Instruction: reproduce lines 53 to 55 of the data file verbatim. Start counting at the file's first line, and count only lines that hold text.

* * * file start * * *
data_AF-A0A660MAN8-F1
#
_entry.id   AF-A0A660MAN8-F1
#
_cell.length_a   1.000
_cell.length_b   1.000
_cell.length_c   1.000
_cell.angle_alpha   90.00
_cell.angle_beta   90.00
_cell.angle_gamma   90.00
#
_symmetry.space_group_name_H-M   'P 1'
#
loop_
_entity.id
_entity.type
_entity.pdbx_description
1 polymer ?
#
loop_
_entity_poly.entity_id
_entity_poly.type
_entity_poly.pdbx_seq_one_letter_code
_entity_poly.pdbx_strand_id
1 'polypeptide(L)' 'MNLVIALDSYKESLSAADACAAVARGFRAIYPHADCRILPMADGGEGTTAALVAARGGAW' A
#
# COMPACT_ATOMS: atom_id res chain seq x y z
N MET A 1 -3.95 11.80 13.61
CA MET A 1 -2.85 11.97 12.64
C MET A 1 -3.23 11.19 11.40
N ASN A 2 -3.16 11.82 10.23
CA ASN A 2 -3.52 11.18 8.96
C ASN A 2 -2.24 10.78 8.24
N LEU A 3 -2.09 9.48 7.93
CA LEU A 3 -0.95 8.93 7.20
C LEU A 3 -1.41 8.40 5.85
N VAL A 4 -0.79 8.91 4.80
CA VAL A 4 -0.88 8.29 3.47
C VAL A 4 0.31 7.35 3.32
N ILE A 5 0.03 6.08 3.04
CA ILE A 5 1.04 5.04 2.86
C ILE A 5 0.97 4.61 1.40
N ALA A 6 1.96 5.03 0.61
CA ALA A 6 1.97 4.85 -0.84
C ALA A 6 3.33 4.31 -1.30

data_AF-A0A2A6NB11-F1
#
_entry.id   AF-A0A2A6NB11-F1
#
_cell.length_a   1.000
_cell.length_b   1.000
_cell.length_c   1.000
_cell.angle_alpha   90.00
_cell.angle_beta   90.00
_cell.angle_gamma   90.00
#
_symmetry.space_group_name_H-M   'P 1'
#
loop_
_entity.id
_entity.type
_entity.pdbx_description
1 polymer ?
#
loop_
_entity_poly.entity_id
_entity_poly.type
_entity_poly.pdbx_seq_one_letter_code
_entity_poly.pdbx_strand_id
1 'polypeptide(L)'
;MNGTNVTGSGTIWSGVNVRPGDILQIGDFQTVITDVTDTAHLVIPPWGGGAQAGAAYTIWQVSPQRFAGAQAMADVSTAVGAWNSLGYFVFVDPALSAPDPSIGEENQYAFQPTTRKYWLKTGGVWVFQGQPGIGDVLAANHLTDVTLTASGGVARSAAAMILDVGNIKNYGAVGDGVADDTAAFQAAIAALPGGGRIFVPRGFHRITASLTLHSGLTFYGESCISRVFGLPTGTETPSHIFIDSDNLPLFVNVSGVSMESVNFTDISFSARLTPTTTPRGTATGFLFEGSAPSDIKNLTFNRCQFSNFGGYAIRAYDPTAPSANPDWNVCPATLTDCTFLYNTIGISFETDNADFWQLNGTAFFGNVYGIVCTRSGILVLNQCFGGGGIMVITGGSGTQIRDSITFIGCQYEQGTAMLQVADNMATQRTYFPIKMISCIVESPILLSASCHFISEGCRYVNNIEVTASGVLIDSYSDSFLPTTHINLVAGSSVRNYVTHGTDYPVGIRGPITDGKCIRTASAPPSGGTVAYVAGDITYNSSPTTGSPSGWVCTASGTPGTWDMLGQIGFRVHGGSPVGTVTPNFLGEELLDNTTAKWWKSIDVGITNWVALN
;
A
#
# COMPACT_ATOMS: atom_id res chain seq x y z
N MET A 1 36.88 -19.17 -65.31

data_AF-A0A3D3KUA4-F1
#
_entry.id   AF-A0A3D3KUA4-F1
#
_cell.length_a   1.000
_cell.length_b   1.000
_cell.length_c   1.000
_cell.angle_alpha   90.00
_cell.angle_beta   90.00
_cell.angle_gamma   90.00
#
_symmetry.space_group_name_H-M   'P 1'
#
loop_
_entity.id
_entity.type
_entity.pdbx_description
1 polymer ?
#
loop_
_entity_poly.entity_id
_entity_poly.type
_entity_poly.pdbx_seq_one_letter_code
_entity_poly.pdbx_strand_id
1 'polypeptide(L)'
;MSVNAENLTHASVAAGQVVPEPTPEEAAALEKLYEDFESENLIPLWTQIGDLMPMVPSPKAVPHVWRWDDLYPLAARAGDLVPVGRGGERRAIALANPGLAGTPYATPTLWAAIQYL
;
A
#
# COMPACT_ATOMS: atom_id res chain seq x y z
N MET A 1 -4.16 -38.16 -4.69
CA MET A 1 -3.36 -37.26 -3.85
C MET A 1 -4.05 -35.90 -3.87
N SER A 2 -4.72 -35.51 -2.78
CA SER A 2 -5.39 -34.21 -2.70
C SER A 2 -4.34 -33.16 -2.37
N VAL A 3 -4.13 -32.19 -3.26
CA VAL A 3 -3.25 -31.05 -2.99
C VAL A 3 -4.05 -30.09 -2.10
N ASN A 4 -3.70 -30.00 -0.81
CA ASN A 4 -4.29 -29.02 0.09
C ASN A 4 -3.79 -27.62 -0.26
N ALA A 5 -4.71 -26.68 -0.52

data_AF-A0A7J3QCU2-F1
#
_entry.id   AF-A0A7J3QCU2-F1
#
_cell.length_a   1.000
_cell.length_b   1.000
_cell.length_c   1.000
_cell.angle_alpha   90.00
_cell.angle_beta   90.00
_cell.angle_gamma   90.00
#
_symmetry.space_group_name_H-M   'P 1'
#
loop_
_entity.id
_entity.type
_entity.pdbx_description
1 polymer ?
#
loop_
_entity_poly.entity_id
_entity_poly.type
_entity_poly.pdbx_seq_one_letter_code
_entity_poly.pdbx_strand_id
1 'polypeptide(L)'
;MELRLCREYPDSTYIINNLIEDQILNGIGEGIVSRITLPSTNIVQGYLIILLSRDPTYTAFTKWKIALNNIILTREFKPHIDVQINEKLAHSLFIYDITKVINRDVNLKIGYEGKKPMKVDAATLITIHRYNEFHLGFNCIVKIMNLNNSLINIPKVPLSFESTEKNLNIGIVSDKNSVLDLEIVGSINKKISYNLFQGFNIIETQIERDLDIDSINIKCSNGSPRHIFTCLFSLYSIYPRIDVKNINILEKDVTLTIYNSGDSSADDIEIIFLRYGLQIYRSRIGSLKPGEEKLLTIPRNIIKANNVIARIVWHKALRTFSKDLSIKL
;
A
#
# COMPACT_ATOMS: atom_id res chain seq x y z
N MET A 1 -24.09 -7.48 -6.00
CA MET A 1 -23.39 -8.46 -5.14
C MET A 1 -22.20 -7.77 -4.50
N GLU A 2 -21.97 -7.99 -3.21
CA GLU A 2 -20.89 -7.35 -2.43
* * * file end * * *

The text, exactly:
_cell.angle_alpha   90.00
_cell.angle_beta   90.00
_cell.angle_gamma   90.00